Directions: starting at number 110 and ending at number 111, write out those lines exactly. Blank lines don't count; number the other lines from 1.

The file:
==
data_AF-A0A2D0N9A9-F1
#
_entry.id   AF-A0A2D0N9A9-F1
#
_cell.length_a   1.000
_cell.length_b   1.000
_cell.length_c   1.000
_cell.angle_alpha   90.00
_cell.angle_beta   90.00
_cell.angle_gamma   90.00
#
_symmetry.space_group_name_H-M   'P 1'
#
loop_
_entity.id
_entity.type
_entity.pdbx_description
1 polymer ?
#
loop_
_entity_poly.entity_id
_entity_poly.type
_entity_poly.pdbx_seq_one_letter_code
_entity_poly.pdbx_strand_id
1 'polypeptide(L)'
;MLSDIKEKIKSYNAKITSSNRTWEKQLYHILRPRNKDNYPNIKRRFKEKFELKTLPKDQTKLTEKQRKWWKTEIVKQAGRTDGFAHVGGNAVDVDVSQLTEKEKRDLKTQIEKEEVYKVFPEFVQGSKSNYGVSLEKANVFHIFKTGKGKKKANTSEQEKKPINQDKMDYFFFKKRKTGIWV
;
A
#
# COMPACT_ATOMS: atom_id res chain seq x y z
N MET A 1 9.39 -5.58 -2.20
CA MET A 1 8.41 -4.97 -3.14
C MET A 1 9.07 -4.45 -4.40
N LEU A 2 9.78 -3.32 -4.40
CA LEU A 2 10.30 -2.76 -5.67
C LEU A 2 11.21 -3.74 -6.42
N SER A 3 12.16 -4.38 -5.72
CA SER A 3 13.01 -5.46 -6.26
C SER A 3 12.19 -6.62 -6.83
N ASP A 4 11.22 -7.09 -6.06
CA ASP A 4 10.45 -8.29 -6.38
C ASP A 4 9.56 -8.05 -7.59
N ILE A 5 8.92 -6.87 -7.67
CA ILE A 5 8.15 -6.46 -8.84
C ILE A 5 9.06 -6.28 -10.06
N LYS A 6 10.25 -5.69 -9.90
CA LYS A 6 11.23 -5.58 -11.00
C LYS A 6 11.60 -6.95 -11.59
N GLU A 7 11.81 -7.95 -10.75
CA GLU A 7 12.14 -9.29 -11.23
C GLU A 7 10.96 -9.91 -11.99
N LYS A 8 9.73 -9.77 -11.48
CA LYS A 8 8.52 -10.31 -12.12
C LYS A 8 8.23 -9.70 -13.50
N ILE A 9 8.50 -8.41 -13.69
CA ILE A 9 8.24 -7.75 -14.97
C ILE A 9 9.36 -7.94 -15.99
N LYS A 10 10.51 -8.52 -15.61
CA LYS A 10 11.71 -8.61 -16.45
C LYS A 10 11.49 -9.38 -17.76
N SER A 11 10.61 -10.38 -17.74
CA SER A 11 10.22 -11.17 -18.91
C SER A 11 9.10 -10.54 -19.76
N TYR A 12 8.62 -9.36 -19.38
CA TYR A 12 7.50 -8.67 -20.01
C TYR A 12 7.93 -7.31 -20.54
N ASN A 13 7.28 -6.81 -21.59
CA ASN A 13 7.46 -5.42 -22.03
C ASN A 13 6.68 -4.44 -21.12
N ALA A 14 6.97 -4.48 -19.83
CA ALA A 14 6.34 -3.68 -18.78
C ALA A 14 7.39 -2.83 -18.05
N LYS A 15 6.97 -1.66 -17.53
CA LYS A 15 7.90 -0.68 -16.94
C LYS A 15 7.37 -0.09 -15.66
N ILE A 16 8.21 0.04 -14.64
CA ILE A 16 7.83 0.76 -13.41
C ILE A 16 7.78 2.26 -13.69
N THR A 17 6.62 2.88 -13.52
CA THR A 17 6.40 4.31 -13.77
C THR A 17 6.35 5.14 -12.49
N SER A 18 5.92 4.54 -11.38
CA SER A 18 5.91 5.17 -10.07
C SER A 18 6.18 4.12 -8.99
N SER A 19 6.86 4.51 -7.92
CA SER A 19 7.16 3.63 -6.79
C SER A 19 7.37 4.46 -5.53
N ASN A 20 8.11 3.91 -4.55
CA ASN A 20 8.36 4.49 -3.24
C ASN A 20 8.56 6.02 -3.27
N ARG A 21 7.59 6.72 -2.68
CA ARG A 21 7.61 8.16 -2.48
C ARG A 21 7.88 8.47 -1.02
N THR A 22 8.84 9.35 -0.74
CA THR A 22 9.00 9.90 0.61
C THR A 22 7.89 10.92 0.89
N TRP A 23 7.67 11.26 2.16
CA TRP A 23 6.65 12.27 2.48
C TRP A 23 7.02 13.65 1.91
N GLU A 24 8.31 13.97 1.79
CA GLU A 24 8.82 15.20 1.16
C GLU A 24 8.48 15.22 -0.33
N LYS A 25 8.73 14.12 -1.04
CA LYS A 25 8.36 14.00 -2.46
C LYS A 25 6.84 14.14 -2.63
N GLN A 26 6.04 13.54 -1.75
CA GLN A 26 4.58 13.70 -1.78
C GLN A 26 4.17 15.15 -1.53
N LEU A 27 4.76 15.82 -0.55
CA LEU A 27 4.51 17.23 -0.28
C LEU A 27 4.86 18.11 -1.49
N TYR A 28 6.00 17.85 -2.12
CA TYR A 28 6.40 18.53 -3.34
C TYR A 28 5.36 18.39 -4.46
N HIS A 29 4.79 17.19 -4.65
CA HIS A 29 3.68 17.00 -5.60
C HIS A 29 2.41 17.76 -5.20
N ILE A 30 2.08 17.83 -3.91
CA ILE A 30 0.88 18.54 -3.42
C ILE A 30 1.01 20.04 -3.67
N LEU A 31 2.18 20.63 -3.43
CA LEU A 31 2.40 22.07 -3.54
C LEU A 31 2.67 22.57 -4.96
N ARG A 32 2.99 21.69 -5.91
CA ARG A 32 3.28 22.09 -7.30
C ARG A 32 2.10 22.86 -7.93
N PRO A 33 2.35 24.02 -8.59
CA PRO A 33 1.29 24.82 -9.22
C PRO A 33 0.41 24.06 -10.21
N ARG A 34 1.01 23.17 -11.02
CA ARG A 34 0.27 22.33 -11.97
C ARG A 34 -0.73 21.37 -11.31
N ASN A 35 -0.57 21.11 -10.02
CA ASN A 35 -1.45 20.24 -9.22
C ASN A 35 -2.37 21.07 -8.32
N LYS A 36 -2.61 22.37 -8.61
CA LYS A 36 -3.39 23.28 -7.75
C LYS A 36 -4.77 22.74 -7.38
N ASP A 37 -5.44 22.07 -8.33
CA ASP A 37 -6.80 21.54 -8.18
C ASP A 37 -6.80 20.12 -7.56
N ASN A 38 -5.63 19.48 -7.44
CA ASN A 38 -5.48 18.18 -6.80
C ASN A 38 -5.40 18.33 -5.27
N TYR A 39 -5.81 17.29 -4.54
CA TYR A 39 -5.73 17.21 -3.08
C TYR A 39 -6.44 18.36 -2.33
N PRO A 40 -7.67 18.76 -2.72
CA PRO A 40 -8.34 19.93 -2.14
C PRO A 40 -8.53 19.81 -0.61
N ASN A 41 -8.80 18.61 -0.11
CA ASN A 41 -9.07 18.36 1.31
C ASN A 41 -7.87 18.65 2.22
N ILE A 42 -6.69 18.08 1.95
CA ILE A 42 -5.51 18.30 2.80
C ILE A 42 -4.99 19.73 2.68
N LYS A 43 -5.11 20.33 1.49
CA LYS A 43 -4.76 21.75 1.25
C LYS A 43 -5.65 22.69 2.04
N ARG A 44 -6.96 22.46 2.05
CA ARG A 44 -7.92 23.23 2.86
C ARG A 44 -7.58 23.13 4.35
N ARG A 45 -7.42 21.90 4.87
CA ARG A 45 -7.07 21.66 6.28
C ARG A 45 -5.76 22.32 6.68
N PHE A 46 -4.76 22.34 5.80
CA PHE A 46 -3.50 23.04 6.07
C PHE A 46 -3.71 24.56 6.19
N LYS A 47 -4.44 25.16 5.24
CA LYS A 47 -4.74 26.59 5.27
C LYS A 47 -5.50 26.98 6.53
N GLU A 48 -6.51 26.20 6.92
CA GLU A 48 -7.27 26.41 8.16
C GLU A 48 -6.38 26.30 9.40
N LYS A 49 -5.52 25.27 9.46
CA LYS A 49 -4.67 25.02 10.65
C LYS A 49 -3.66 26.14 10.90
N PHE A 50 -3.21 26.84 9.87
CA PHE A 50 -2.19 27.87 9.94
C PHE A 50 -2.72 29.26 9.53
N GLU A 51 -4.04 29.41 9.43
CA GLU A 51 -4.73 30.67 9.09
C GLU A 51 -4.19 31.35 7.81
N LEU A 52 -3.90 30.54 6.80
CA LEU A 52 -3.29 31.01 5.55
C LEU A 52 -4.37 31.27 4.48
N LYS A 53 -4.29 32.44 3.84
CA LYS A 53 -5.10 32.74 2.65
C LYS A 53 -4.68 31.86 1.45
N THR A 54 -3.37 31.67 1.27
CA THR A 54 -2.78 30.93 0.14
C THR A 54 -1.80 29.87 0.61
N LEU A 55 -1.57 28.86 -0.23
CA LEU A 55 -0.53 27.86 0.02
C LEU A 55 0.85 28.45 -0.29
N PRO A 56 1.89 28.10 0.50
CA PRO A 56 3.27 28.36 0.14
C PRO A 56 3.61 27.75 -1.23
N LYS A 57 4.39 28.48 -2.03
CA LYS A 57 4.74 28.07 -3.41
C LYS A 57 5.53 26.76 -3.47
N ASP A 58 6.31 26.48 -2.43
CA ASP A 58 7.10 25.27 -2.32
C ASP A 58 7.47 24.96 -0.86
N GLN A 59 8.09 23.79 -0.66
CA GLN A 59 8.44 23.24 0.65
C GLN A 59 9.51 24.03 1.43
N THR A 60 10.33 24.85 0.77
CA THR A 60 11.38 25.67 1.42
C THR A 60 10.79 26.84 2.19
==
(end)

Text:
CA LEU A 27 4.51 17.23 -0.28
C LEU A 27 4.86 18.11 -1.49